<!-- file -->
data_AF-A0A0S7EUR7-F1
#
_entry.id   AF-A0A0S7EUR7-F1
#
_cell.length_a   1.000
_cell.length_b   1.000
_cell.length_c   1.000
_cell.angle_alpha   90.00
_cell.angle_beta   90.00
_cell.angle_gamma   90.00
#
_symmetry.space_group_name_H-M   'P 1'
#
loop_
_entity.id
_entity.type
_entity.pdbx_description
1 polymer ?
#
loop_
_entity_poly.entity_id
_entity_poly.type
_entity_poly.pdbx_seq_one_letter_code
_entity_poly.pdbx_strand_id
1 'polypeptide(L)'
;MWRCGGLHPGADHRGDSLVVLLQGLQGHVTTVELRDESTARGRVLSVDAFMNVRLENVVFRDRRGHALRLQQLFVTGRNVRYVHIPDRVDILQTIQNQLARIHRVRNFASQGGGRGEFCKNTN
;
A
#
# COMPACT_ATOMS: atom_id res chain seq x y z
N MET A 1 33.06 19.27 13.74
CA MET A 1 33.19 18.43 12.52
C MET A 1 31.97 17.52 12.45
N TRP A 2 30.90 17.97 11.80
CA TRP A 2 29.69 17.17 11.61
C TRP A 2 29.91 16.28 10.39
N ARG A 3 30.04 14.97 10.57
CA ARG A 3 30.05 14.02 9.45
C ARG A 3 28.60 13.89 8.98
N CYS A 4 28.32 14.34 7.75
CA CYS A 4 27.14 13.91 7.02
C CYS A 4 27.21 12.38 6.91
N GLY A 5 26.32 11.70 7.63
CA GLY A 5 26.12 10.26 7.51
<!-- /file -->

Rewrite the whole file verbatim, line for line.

data_AF-A0A0S7EUR7-F1
#
_entry.id   AF-A0A0S7EUR7-F1
#
_cell.length_a   1.000
_cell.length_b   1.000
_cell.length_c   1.000
_cell.angle_alpha   90.00
_cell.angle_beta   90.00
_cell.angle_gamma   90.00
#
_symmetry.space_group_name_H-M   'P 1'
#
loop_
_entity.id
_entity.type
_entity.pdbx_description
1 polymer ?
#
loop_
_entity_poly.entity_id
_entity_poly.type
_entity_poly.pdbx_seq_one_letter_code
_entity_poly.pdbx_strand_id
1 'polypeptide(L)'
;MWRCGGLHPGADHRGDSLVVLLQGLQGHVTTVELRDESTARGRVLSVDAFMNVRLENVVFRDRRGHALRLQQLFVTGRNVRYVHIPDRVDILQTIQNQLARIHRVRNFASQGGGRGEFCKNTN
;
A
#
# COMPACT_ATOMS: atom_id res chain seq x y z
N MET A 1 33.06 19.27 13.74
CA MET A 1 33.19 18.43 12.52
C MET A 1 31.97 17.52 12.45
N TRP A 2 30.90 17.97 11.80
CA TRP A 2 29.69 17.17 11.61
C TRP A 2 29.91 16.28 10.39
N ARG A 3 30.04 14.97 10.57
CA ARG A 3 30.05 14.02 9.45
C ARG A 3 28.60 13.89 8.98
N CYS A 4 28.32 14.34 7.75
CA CYS A 4 27.14 13.91 7.02
C CYS A 4 27.21 12.38 6.91
N GLY A 5 26.32 11.70 7.63
CA GLY A 5 26.12 10.26 7.51